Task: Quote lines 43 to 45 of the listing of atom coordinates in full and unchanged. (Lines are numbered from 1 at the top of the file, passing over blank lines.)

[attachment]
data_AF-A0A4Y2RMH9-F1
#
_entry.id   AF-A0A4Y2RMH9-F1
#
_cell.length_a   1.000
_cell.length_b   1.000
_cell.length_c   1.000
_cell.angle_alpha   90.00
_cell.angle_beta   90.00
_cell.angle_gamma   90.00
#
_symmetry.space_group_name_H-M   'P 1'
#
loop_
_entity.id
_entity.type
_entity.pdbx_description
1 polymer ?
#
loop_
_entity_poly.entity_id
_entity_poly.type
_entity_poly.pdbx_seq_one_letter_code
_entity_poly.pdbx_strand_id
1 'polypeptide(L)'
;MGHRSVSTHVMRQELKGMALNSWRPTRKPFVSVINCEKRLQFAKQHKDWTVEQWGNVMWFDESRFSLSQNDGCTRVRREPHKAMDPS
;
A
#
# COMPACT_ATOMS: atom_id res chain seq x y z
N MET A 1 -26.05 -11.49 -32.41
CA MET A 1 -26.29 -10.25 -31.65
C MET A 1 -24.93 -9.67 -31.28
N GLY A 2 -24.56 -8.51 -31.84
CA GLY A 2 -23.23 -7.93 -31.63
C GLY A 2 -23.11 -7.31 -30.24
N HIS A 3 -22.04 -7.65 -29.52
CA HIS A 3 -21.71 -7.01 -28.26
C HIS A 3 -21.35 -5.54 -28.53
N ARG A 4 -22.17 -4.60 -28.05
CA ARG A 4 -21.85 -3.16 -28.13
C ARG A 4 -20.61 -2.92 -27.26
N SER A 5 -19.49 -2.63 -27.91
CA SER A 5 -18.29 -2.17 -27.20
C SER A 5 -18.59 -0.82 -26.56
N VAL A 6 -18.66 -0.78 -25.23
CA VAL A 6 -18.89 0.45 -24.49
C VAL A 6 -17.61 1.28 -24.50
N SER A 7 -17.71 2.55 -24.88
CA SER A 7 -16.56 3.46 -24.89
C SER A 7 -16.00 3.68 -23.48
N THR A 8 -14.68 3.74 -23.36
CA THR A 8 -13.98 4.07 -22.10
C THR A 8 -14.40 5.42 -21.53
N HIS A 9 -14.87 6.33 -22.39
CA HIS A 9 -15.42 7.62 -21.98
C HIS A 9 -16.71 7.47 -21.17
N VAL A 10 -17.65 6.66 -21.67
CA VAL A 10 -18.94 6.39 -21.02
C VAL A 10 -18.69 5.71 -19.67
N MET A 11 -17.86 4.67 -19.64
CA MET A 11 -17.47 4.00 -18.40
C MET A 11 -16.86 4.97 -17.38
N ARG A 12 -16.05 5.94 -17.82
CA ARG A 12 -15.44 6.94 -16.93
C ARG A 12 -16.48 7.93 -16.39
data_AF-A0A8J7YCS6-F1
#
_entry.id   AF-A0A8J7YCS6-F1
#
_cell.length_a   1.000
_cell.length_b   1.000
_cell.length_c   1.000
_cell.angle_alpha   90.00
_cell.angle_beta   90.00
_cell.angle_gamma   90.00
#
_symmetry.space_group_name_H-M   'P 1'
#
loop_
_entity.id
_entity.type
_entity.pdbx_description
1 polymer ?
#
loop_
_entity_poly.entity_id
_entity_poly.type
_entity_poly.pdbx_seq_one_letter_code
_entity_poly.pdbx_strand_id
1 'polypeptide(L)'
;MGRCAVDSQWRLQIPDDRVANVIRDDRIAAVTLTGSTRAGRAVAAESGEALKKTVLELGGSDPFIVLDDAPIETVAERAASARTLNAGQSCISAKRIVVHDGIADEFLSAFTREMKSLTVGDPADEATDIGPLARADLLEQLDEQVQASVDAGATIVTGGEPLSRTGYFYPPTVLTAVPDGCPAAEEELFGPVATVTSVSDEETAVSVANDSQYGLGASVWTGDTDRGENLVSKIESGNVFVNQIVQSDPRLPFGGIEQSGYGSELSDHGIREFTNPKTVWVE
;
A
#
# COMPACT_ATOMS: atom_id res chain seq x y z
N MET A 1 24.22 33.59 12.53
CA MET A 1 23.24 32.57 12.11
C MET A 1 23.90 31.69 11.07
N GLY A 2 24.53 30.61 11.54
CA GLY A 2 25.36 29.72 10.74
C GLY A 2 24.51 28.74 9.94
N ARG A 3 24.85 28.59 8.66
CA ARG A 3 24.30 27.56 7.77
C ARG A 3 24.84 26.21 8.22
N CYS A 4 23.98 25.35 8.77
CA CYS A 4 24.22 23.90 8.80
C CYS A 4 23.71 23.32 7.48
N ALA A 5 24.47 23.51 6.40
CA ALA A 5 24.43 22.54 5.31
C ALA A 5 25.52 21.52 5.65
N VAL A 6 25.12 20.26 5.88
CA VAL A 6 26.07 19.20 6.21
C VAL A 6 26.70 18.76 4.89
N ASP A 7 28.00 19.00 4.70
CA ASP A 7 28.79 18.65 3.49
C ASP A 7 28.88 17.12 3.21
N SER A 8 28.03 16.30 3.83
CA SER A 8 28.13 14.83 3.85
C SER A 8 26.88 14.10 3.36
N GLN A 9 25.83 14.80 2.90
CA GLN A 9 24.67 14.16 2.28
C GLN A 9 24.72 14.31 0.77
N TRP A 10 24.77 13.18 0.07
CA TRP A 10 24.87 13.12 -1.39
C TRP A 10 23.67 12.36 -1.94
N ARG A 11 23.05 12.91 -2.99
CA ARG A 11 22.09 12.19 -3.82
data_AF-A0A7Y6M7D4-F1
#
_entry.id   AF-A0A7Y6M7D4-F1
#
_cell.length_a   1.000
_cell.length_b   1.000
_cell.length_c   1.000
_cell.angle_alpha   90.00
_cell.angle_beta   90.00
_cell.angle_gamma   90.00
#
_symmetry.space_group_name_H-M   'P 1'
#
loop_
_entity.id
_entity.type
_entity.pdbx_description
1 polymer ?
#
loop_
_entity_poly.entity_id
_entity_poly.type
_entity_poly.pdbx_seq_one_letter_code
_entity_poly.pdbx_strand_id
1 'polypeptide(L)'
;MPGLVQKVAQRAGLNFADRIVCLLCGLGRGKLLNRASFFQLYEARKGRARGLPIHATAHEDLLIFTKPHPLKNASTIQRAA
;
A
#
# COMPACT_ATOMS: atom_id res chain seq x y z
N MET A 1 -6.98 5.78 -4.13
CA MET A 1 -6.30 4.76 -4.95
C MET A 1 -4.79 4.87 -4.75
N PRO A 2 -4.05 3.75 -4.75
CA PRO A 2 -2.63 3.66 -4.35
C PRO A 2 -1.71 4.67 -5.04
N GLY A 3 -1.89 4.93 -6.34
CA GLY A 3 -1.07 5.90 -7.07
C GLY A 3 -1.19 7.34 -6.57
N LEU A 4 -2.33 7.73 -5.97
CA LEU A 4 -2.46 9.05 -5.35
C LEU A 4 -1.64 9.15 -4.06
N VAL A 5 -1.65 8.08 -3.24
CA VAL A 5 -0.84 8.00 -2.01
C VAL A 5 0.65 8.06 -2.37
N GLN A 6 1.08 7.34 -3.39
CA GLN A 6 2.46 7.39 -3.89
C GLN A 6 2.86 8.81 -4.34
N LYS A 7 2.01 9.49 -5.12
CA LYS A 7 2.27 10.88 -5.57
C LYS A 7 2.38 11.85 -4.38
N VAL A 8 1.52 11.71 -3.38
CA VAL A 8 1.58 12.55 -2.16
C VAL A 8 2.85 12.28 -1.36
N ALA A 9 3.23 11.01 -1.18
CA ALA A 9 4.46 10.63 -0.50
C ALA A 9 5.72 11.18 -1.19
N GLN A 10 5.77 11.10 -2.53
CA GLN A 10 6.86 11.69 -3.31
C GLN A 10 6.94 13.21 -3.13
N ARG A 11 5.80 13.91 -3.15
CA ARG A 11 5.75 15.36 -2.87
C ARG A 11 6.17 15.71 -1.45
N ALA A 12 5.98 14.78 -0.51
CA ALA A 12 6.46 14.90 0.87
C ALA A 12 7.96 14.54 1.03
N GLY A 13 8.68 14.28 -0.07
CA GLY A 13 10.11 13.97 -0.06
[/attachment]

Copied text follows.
N SER A 5 -19.49 -2.63 -27.91
CA SER A 5 -18.29 -2.17 -27.20
C SER A 5 -18.59 -0.82 -26.56